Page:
Page:A tour through the northern counties of England, and the borders of Scotland - Volume I.djvu/323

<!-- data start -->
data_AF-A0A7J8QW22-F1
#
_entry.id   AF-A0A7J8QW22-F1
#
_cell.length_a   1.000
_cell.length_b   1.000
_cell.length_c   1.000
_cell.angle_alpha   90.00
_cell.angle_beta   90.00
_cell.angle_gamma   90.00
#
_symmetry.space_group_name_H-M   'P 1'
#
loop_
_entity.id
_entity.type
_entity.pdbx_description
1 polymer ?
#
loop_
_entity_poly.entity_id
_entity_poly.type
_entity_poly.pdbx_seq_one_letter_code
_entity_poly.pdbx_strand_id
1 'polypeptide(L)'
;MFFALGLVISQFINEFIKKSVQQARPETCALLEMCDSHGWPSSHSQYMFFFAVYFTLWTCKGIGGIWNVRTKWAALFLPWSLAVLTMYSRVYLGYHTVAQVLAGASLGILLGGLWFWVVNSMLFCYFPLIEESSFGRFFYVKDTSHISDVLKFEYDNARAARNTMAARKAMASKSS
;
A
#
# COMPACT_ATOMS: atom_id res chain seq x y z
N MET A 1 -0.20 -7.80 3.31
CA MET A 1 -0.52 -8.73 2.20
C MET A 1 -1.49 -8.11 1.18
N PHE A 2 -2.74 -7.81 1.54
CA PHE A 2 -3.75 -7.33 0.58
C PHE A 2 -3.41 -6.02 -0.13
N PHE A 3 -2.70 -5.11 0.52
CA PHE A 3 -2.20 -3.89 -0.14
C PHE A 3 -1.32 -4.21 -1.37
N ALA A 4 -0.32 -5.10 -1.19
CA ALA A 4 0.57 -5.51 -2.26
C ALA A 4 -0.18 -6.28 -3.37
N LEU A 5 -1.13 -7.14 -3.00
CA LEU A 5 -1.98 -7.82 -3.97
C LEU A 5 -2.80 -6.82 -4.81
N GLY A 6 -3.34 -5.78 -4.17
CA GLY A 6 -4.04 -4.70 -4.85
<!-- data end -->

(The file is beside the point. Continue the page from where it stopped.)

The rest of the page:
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to say, the backwardness in the articles of convenience, or the ignorance of our ancestors, was such, that even in the reign of Edward I. coals were considered in London as a nuisance, and on a petition of the inhabitants of the metropolis in 1307, a proclamation was issued by the king, forbidding the burning of coals to the trades which were supported by their use. This absurd prohibition continued in force for above half a century, when good sense at last triumphed; it was permitted to bring the article to London under the small duty of six-pence per ton for every ship that came from Newcastle. Increasing very rapidly from this time, the coal trade became an important object of attention to government, which issued, in 1421, several regulations respecting the length of the keels, in order to ascertain the quantity of coals shipped at the port, and the duty to be paid there. Improving with the gradual extension of commerce, Newcastle is now the first place in the world for the coal-trade; its exports are calculated at 589,600, and its home consumption at 100,000, Newcastle chaldrons. This immense produce is supplied from collieries in the neighbourhood of the place; the principal of which, their names, and depths, are as follow: